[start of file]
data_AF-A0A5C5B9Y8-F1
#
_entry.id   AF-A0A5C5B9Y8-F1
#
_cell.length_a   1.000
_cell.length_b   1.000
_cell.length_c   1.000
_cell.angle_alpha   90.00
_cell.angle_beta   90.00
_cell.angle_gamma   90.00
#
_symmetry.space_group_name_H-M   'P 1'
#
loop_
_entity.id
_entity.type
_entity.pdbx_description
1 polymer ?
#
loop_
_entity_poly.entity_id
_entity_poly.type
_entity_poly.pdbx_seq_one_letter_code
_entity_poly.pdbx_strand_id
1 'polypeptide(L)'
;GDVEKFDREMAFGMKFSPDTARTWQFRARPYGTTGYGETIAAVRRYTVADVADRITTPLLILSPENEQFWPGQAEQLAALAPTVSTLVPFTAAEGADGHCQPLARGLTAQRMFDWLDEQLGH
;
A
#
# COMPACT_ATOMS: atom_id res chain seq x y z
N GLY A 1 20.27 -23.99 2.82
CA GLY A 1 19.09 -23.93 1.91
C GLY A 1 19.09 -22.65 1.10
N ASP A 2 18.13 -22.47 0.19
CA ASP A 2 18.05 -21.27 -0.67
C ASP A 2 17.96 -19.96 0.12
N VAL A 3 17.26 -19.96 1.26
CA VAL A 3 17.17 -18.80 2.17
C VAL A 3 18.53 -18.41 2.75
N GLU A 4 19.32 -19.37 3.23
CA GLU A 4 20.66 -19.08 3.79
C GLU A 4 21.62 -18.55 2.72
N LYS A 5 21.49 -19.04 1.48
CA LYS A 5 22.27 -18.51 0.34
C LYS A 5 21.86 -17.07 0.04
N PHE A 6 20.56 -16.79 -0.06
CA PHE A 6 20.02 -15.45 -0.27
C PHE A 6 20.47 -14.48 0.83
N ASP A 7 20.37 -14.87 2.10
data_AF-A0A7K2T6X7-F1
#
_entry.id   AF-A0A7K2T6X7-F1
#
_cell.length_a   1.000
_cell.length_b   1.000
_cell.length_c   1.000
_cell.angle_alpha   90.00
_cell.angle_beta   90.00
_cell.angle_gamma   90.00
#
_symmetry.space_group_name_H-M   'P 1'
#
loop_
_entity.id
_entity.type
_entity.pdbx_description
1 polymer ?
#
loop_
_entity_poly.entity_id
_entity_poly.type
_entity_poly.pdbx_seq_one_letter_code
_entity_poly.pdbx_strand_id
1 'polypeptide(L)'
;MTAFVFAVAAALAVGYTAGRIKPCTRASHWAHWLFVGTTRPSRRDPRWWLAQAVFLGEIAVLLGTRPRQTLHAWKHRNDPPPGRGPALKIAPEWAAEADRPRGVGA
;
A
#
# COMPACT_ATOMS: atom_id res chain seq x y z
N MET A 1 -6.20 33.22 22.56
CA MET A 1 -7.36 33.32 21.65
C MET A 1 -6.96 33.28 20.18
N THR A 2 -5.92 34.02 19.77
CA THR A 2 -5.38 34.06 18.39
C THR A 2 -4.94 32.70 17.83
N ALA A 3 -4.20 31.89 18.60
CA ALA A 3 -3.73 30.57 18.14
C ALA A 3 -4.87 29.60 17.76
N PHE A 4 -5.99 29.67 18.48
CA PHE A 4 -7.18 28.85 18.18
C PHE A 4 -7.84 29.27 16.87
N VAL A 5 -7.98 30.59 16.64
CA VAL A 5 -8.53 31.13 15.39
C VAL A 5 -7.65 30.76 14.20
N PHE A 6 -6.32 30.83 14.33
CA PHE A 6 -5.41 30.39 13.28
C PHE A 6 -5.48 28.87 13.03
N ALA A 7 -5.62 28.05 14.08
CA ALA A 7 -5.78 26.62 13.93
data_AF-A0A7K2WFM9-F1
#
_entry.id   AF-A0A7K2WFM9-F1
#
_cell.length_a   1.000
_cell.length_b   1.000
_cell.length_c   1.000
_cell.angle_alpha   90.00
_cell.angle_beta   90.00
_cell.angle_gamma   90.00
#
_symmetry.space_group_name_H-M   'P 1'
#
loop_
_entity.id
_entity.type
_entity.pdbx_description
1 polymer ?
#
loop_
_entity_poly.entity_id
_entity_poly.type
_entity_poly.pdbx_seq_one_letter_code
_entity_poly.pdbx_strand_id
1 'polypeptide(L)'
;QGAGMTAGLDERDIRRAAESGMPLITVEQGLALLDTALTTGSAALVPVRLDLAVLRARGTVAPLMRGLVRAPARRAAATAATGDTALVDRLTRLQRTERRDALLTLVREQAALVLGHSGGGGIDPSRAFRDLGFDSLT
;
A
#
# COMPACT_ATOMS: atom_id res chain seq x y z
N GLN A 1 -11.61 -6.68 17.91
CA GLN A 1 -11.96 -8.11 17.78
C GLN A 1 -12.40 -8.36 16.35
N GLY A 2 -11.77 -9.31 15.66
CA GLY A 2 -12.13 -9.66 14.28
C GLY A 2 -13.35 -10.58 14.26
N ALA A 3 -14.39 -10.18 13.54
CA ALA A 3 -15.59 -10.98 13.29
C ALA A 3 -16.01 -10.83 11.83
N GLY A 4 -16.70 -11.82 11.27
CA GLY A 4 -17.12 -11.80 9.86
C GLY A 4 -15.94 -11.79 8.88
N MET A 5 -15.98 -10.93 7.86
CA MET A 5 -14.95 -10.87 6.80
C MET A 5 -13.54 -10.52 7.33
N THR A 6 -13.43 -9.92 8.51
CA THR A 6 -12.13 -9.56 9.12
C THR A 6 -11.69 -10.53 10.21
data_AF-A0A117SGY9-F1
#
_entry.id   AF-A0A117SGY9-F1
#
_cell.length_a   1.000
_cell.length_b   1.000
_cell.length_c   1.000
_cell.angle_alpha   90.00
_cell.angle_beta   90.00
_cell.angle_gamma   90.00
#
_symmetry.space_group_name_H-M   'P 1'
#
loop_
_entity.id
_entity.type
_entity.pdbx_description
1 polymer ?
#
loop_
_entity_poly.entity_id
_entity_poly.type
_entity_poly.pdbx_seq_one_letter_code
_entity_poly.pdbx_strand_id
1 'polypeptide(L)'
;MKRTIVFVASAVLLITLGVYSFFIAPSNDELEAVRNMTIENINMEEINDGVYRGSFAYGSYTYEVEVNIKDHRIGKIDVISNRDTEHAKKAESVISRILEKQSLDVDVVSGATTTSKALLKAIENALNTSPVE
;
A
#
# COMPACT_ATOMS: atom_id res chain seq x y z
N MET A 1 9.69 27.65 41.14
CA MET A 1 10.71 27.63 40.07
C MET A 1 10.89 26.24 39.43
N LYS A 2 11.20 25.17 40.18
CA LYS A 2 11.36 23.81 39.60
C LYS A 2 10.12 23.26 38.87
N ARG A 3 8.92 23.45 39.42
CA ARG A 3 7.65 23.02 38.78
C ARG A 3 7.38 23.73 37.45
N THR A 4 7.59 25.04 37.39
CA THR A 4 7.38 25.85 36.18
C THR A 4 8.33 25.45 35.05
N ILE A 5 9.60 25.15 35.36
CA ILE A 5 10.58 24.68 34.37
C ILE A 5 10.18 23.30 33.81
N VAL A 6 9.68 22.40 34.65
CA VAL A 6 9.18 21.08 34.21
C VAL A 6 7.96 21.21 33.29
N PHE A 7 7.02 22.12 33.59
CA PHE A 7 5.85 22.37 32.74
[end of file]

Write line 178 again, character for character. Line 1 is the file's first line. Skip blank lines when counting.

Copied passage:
N MET A 1 9.69 27.65 41.14